Minister’s Musings …………………………. On Joy
The Merriam-Webster dictionary defines JOY as “the emotion of great delight caused by something exceptionally good or satisfying, accompanied by a display of glad feelings as in festive gaiety.” Well, that definition certainly describes the Third Sunday in Advent. It is the Sunday that we light the third candle on our Advent Wreath, the Candle of Joy, with a sense of festive gaiety. We are drawing ever closer to the birth of the Christ Child!
One of the things I have observed as I live my life in our North American culture is the false sense of joy that is often portrayed in mass media or marketing. In my view, joy becomes trivialized and is usually generated by smiling individuals beaming because of the new vehicle they have just purchased, or the toothpaste that makes their teeth white in just seven days or finally receiving relief for their hemorrhoids.
My particular favourite (not!) is the extortion of emotion that takes place during special times of the year such as Mother’s Day. No mother can live without the latest model of dishwasher which brings her great joy because of her spot free drinking glasses.
Now before you call me the Grinch who stole the joy out of Christmas, may I offer some alternative examples of deep joy caused by something exceptionally good or satisfying. A couple of days ago, I made my way to my mother’s nursing home. It just so happened that I came upon an “air band” competition being led by the residents, with the help of the Recreation Director, Jeff. A tune would be played. Participants would be invited to “play” an instrument and also come up with some dance moves. Remember, 95% of the people in my Mom’s nursing home occupy wheelchairs. Jeff, bless his heart, was undaunted by that and encouraged each person who participated to enter fully into the moment. It was priceless! You should have seen their feet move! Moments of joy beyond measure, for both the participants and those of us who shouted and clapped for every performance. In those few brief moments, my mother who is deep into dementia now, laughed and watched, with pure joy.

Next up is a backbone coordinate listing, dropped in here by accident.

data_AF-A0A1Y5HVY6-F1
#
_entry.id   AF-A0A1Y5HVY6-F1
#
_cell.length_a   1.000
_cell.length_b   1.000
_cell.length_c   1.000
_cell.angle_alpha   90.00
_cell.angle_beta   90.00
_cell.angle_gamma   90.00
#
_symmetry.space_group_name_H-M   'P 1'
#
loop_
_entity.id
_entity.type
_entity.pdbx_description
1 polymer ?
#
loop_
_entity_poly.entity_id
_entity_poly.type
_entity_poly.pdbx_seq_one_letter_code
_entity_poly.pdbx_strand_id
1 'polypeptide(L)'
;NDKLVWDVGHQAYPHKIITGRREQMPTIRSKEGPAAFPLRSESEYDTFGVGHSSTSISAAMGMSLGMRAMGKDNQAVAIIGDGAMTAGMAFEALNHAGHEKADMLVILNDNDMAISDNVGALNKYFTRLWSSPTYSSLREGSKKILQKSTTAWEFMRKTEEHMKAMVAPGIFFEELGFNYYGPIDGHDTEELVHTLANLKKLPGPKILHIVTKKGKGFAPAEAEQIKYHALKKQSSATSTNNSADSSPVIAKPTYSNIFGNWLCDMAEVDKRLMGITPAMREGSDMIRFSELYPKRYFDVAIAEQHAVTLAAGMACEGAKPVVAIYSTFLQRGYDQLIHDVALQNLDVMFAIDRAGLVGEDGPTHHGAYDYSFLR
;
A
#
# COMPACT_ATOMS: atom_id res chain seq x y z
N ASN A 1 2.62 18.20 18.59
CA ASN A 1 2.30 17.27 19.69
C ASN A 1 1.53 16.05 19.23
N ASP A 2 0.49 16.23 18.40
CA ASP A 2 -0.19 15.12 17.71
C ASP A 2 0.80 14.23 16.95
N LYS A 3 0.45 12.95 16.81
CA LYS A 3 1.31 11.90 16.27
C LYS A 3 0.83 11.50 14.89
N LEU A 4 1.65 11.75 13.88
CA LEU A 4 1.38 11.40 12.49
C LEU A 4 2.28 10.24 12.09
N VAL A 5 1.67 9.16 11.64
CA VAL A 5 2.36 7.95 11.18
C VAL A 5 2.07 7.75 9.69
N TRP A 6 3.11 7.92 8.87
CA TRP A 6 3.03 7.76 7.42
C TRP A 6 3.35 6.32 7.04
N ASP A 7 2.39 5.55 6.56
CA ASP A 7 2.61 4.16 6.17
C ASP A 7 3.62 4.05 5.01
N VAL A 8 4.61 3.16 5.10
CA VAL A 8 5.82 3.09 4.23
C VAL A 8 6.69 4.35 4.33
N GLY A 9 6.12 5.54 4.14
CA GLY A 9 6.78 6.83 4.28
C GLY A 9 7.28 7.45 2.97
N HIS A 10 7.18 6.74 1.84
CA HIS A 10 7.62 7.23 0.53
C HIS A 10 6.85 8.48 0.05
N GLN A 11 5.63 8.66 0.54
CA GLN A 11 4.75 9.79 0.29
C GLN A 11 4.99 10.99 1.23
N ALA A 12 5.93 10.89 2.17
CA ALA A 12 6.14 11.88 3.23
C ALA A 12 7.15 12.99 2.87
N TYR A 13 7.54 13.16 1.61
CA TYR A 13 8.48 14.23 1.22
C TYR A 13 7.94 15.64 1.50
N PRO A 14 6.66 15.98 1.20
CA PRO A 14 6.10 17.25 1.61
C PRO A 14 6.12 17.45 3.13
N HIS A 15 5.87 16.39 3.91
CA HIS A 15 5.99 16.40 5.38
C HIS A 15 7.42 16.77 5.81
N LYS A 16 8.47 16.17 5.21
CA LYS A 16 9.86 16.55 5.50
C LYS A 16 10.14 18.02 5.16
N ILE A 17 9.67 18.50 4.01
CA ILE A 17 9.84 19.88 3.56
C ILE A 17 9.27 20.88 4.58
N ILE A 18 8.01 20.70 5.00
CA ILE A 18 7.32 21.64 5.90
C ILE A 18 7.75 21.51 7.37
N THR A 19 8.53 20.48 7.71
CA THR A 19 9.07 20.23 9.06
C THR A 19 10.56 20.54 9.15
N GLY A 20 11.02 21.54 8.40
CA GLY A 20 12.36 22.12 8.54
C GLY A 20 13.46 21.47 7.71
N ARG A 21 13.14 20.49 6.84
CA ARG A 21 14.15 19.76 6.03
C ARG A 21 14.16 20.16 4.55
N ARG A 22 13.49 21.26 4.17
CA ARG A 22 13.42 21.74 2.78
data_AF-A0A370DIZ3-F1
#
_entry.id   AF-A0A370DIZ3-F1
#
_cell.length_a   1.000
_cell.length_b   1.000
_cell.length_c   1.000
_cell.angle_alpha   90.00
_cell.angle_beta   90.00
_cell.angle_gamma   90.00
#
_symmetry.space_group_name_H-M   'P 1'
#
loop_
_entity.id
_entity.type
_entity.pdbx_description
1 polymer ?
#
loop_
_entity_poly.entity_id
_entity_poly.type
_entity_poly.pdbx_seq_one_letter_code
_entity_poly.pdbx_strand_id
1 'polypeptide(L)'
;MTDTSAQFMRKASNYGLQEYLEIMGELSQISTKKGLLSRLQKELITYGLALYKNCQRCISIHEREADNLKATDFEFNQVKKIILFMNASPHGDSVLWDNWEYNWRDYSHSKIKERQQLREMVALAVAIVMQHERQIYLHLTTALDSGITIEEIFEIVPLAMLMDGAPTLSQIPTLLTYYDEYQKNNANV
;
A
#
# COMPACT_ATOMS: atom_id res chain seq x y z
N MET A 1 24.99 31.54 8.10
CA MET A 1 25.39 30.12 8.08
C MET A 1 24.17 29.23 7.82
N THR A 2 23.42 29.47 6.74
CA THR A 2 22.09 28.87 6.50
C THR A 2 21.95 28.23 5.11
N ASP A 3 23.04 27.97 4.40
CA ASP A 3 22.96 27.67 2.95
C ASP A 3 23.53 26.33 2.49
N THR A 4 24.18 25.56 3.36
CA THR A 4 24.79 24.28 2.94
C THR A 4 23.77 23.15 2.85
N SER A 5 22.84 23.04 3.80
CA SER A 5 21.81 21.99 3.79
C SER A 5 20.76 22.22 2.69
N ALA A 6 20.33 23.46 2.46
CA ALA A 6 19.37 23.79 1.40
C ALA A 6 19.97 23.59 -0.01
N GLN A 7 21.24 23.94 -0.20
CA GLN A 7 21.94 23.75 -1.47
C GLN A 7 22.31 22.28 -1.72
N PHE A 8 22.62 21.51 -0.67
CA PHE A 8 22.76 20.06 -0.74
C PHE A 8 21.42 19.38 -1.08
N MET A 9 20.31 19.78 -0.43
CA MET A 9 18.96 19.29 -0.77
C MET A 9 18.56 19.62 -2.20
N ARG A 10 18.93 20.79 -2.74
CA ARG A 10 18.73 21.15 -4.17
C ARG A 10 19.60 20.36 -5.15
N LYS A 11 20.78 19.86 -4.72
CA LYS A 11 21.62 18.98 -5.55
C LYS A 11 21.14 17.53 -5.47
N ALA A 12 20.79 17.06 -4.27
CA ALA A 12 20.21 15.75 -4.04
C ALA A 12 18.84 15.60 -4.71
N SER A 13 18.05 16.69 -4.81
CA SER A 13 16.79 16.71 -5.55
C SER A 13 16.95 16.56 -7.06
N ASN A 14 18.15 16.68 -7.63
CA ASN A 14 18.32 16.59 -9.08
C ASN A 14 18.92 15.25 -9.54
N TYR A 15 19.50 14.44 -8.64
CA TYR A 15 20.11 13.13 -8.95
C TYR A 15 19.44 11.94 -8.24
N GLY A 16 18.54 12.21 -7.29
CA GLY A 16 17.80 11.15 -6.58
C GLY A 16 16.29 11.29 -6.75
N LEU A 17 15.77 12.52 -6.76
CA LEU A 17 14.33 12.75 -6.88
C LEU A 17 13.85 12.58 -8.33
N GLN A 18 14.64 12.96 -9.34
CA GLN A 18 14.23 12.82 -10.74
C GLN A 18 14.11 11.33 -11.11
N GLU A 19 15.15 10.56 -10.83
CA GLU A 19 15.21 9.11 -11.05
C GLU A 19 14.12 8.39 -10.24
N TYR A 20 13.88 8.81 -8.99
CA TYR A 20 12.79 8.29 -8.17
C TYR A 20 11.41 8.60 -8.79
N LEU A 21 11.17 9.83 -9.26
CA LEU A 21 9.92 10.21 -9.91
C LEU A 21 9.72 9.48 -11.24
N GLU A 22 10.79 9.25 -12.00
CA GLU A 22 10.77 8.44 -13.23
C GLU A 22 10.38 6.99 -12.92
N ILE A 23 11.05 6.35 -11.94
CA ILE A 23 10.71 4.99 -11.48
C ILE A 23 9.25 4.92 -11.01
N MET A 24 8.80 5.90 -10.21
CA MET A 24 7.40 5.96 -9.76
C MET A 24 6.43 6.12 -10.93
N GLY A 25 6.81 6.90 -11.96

Just a week ago, I travelled to a hospice where a dear friend of mine, Don, was dying of cancer. Don has led a full and productive life, having reached 93 with grace and dignity. One of his passions in life was playing the harmonica. So while I was there, I asked him to play a tune for me and he did – My Wild Irish Rose. He played it flawlessly. The notes still linger in my mind and will forever. A few days later, Don passed away peacefully in his sleep, but he left me an exceptionally good and satisfying gift.
During this Season of Advent, might I invite you to look for joy in places that are least expected. Because in the rush and crush of this festive season, it is all too easy to miss them.
Blessings and joy to you, Linda